Star Cops – Other People’s Secrets


Living in an enclosed environment, like the Moonbase, can be highly stressful for a number of reasons.  Recognising this, Krivenko has invited Dr Angela Parr (Maggie Ollerenshaw) to the Moon.  Dr Parr is a psychiatrist who is working on a project about space psychology.  From Krivenko’s point of view it will allow Moonbase personnel to talk about any psychological problems they may be suffering from and Dr Parr will gain valuable research material.

But not everybody welcomes the idea of strangers snooping into their private lives.  Kenzy, in particular, is violently opposed to meeting a psychiatrist.  So when Nathan insists that all of the Star Cops have attend a meeting, it’s fair to say that Kenzy’s not best pleased.

But maybe Dr Parr has come at just the right time, since Moonbase has been suffering from a series of niggling technical breakdowns.  At first it just seems like wear and tear, but the increasing regularity causes Nathan to wonder if it’s deliberate sabotage.  Hooper (Barrie Rutter) is the highly overworked senior maintenance man who appears to be cracking under the strain of keeping the base operational.  Could he be responsible?

Also making a visit is safety inspector Ernest Wolffhart (Geoffrey Bayldon), who’s far from impressed with what he sees.  And when a major incident causes a decompression of Moonbase, there’s a real danger that lives will be lost.

Other People’s Secrets is the episode of Star Cops that most resembles Moonbase 3 (this is a compliment by the way!).  Because Star Cops was a more wide-ranging series (it made frequent trips back to Earth as well as several off Moon excursions) it lacked the claustrophobic nature of Moonbase 3.  In the earlier series it did seem that each week somebody was going to crack under the strain of living and working in such an unnatural environment.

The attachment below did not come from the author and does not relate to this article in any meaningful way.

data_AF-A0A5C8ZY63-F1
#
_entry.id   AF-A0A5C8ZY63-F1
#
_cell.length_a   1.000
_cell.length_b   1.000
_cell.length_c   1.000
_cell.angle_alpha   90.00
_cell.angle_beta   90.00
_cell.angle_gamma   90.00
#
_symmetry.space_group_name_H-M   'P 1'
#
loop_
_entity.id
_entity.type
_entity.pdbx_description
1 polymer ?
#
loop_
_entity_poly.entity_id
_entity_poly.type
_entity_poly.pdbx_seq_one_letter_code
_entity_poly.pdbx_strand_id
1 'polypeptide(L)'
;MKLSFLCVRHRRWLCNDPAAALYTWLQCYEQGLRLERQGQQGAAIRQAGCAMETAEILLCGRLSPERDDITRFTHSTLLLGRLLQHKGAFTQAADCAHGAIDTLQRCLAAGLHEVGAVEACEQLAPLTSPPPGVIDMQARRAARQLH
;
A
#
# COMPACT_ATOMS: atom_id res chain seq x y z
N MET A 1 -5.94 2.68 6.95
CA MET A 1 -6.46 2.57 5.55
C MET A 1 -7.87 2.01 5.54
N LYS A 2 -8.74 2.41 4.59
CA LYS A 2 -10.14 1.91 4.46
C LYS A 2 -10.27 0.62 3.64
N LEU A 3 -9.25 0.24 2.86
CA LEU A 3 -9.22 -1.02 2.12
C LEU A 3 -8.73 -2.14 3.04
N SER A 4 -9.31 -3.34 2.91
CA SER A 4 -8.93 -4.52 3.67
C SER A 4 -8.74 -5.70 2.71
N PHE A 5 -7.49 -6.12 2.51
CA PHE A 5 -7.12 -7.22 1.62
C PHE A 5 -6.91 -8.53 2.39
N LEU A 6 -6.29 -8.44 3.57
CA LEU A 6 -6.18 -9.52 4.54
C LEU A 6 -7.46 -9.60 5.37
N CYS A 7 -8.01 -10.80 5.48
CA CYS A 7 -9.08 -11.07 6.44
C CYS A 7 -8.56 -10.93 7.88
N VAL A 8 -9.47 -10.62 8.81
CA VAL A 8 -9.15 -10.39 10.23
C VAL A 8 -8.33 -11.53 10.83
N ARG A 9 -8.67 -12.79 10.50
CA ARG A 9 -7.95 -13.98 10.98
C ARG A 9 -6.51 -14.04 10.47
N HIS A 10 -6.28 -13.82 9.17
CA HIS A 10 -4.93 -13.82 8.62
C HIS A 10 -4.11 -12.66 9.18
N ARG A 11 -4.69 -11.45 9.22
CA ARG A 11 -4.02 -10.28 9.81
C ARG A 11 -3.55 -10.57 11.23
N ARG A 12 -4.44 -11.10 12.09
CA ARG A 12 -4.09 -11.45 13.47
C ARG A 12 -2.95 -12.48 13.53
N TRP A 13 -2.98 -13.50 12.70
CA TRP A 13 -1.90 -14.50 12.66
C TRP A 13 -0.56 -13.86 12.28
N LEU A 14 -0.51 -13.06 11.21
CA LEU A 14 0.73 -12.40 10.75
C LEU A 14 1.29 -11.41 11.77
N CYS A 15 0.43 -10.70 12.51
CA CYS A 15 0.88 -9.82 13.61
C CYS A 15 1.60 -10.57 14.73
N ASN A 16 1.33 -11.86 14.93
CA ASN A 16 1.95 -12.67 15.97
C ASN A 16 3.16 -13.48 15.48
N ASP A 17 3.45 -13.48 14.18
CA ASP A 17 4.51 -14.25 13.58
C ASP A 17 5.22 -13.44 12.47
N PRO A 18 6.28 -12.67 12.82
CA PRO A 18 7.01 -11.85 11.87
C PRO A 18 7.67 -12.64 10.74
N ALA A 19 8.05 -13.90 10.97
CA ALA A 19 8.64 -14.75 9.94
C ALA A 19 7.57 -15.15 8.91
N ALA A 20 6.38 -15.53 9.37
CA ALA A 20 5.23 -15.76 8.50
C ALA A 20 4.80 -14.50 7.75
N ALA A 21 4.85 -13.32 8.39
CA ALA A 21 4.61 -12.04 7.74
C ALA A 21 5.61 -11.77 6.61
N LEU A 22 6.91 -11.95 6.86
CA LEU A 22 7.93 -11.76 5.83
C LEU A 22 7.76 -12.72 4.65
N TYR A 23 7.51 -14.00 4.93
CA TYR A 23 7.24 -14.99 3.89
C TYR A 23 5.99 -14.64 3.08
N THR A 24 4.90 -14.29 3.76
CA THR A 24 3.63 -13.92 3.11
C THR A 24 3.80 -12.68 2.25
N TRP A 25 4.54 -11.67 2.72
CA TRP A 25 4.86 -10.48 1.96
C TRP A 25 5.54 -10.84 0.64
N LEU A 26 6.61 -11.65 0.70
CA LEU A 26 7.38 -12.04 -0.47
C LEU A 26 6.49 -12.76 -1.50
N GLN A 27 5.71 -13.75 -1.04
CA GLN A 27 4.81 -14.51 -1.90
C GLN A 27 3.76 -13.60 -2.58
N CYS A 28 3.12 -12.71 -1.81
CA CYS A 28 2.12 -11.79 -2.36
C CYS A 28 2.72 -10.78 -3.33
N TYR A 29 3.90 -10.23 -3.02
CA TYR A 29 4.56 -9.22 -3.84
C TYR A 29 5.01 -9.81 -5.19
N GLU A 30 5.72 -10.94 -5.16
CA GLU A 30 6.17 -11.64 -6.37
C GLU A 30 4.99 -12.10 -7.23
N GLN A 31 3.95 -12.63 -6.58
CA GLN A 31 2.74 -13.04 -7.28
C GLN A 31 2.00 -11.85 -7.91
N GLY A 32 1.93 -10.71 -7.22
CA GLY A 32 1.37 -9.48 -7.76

This theme, full of dramatic potential, is developed quite well here.  There are several suspects as Nathan and Theroux hunt for the saboteur, but it’s not really a whodunnit as the guest cast is rather limited.  Barrie Rutter is very beardy and perpetually angry as the maintenance wizard Hooper.  He tends to vent his anger on the nearest available target, which in this case is his unfortunate assistant Beverley Anderson (Leigh Funnell).

Star Cops never really had a reputation of attracting familiar names as guest stars, but Other People’s Secrets is an exception as Geoffrey Bayldon (Catweazle himself) gives a lovely performance as Wolffhart.  Bayldon provides us with a good character study of a man who appears to live for his work (he’s already past retirement age, but he’s still working).  When we learn that he’s a widower, this seems to make sense – although it later becomes obvious that Wolffhart is a flawed man who shouldn’t be working in Space.

I wonder if the inclusion of Dr Parr was a tribute to Moonbase 3‘s own Dr Helen Smith?  I’d love to think that it was a genuine homage, but it’s probably just a coincidence, although they are similar characters in several ways.  Perhaps the most ironic similarity is that both of them find it impossible not to get involved with their subjects – Dr Smith had several dalliances, whilst Dr Parr is shocked to discover Colin Devis is amongst the Moonbase crew (they used to be married).

When the Moonbase decompression accident occurs, everybody has to find shelter in the nearest room, which is then sealed tight.  With only a limited oxygen supply, there’s nothing that the occupants can do except wait to be rescued.  Although Devis, who finds himself locked up with his ex-wife, has another idea.  “Fancy a game of hide the sausage?” he memorably asks her.

It’s perhaps predictable that Nathan and Kenzy find themselves trapped together, but sex isn’t on their minds (or at least it isn’t on Nathan’s).  Instead, in a key piece of character development he tells her about his father.  Nathan’s father worked as a computer salesman and was the best that the company, Recondite, ever had.  But it later became clear that he was stealing blueprints from his company and eventually he was caught by a keen young copper.  It’s never explicitly stated, but the inference is that it was Nathan who arrested his own father.  Both Calder and Newton are once again excellent in this scene.  Calder has the bulk of the lines but it’s Newton’s reactions that really help to sell the intensity of what we see.

Easily the best of the non-Boucher scripted episodes, Other People’s Secrets is memorable for several reasons – most notably the Nathan/Kenzy heart-to-heart but also for the fine guest appearance of Geoffrey Bayldon.

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